AccessCal, acclaimed health and human services nonprofit, finally finds new home in Anaheim

AccessCal volunteers and fellow community members sort and distribute donated toys to underserved children for Christmas.
(Courtesy of Access California Services)

Access California Services took a serious and sobering look at leaving Anaheim, its longtime home, right before the onset of the coronavirus pandemic.

In late 2019, the heralded nonprofit found a building in neighboring Buena Park to possibly host its award-winning array of health and human services for immigrants, refugees and anyone in need.

With a proposal to build a family resource center at Brookhurst Park foiled before Anaheim City Council on more than one occasion, it appeared that Nahla Kayali, AccessCal’s founding executive director, had no other option.


But the pandemic forced AccessCal to stay put at its current office space nestled in the Little Arabia district on the city’s west side for a while longer. Then, an opportunity to remain in Anaheim arose.

In the summer of 2020, UCI Health decided to move a family health center from the city-owned facility it occupied for more than 40 years.

By the following May, Anaheim’s Community Services Department issued a request for proposals, or RFP, with an emphasis on bidders having a “community benefit” clearly defined in the programs and services they seek to offer to local residents as part of the submission process.

Of the two applications Anaheim received, a review panel selected AccessCal. A lease agreement for the vacant building behind La Palma Park went before City Council this week.

“This journey began back in 2004, with the city of Anaheim, as we hoped to collaborate with the city to build a partnership to serve all Anaheim residents and serving the underserved community,” Kayali said during the council meeting. “Now, 18 years later, I am honored and grateful to stand here today and see this vision come to life.”

AccessCal humbly began its mission to “serve the underserved” in 1998 with Kayali, a folding table, a landline and folder carrying a dozen of her case files. The nonprofit has since grown to serve 11,000 community members with 40 staffers proficient in 19 languages.

Over the years, AccessCal has offered more than a hundred health and human services including case management, mental health counseling, citizenship and emergency financial relief programs. It’s the only agency contracted by the Orange County Social Services Agency to provide support for refugees.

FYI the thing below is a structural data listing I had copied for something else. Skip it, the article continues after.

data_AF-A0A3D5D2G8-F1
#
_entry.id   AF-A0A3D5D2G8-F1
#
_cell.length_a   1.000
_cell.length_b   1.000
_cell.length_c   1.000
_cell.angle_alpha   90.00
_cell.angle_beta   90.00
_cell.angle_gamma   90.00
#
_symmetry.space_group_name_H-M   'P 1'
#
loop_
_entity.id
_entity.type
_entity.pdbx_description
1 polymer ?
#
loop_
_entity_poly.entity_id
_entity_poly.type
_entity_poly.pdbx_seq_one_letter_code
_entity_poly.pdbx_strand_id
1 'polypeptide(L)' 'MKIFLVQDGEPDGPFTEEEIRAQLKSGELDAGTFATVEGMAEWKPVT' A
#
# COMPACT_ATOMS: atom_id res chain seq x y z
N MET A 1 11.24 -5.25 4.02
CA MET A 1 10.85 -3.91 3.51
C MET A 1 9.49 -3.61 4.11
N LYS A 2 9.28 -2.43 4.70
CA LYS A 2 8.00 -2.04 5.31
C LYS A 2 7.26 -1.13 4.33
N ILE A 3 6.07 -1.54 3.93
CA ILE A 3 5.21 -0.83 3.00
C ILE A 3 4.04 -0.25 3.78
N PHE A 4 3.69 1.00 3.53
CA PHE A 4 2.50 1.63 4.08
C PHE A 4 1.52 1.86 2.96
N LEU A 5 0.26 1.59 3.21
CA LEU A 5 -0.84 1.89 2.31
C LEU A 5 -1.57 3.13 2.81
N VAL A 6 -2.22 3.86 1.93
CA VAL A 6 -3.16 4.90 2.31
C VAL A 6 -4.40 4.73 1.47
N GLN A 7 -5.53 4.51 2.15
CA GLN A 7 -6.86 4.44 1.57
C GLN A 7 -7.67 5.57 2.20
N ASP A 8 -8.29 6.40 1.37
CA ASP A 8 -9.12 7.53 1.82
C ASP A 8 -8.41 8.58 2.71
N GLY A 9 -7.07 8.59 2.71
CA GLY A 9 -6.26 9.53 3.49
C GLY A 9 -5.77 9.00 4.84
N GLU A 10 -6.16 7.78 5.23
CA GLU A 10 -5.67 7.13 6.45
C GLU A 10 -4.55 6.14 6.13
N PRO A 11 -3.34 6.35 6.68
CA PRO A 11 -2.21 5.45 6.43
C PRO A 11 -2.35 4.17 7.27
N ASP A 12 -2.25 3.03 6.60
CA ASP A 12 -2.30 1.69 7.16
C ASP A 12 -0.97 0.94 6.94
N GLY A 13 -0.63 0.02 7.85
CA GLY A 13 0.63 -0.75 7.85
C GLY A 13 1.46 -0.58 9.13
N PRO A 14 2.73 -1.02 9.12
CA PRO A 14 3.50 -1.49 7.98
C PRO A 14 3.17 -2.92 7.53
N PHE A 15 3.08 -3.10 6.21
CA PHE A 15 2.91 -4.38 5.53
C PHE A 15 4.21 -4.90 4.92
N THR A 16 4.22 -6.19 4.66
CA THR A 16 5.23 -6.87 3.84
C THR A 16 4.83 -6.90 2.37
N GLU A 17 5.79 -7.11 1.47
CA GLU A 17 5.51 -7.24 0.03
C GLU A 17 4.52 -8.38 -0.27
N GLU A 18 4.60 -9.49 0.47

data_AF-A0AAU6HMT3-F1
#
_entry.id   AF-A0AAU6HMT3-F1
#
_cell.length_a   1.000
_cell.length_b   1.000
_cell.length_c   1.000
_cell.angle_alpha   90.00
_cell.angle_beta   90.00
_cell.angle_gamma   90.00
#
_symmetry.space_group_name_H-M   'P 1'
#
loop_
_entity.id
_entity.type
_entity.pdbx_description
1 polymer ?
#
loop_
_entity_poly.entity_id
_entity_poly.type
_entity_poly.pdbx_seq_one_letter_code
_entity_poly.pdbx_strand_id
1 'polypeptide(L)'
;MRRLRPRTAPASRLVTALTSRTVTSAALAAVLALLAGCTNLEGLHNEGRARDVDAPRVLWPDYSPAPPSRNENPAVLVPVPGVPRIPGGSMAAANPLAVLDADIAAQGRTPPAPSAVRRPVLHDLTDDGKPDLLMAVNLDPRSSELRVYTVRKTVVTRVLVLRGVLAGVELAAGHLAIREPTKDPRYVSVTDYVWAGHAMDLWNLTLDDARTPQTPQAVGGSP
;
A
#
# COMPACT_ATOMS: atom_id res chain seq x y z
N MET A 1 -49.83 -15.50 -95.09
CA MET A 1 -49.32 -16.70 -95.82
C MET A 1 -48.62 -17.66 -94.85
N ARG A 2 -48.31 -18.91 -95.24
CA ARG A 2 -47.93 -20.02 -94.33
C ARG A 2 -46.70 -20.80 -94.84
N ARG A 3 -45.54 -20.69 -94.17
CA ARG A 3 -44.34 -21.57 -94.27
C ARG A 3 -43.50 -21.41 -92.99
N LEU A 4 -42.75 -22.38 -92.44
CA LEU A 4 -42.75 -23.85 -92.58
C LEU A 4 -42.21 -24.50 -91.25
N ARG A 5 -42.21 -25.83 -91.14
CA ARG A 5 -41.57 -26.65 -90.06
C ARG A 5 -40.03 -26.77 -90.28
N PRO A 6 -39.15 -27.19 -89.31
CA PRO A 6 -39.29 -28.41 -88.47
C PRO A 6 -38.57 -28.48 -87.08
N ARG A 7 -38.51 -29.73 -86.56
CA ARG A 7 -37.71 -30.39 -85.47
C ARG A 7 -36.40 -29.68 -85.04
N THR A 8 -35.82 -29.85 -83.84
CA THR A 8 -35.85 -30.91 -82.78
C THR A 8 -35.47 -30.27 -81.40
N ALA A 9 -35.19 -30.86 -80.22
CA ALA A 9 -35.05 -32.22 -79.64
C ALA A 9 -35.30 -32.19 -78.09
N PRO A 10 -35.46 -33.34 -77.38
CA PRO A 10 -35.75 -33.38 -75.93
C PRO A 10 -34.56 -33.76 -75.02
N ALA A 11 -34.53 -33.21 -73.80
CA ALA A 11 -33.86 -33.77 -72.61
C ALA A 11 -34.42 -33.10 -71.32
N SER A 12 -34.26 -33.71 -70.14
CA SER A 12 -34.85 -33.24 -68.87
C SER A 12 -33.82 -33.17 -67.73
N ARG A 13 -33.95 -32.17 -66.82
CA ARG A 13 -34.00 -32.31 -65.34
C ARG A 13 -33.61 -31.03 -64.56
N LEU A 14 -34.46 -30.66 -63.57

AccessCal also most recently added veteran’s services to its expansive portfolio.

The nonprofit kept its doors open to the community throughout the pandemic for those in need of critical assistance while transferring other programming online. AccessCal partnered with the United Way of Orange County and secured CARES Act funding to facilitate rent and mortgage relief payments.

“This partnership is about community benefits,” Kayali said to council members. “Through this opportunity, AccessCal will be able to enrich and expand our services and provide a safer space for clients to benefit from wrap-around health and human services.”

Case Manager Stella Asakpa assists a client in ESL classes.
(Courtesy of Access California Services)

In 2016 and 2018, AccessCal’s proposal for a family resource center at Brookhurst Park next to working-class apartment neighborhoods drew criticism.

West Anaheim Neighborhood Development Council, under the leadership of the late Esther Wallace, opposed the plan as one that would take green space away from the park if AccessCal was allowed to build a new facility over a patch of pine trees.

The community group also deemed the proposed $1 annual lease agreement drawn up by city staff to be a “giveaway,” though Anaheim has routinely executed similar leases with other nonprofits elsewhere, even on park land. Critics also pointed to the lack of an RFP process.

On the eve of local elections in 2016, the proposal was pulled from the agenda at the last minute. Two years later, a council majority voted to discontinue consideration of a lease agreement that would bring AccessCal’s vision of a family resource center at Brookhurst Park to reality.

The city didn’t have any buildings it owned to offer as substitute sites at the time.

This time around, Anaheim offered a $1-per-year lease agreement for 10 years, with two five-year renewal options, for its vacated building. Council members eagerly displayed their support for the partnership.

“As soon I was elected, I decided to get to know this organization very well,” said Jose Diaz, a District 1 councilman from the city’s west side. “This would [turn] a blighted building [into] a state-of-the-art building right in the middle of Anaheim. We’re going to serve the whole community.”

Once approved, AccessCal’s new home would fall within Councilman Jose F. Moreno’s central District 3. He pushed back against any “giveaway” notions surrounding the lease agreement.

“We often don’t have the general funds to provide services to residents who may need it the most,” Moreno said. “What we do have is land. We have properties. We have facilities.”

Moreno seconded Diaz’s motion to approve the lease agreement; the rest of the council voted unanimously in favor of it.

A series of tenant improvements to the building paid for through an agreement between the city and the nonprofit are expected within the next nine to 12 months placing a potential grand opening in time for AccessCal’s 25th anniversary.

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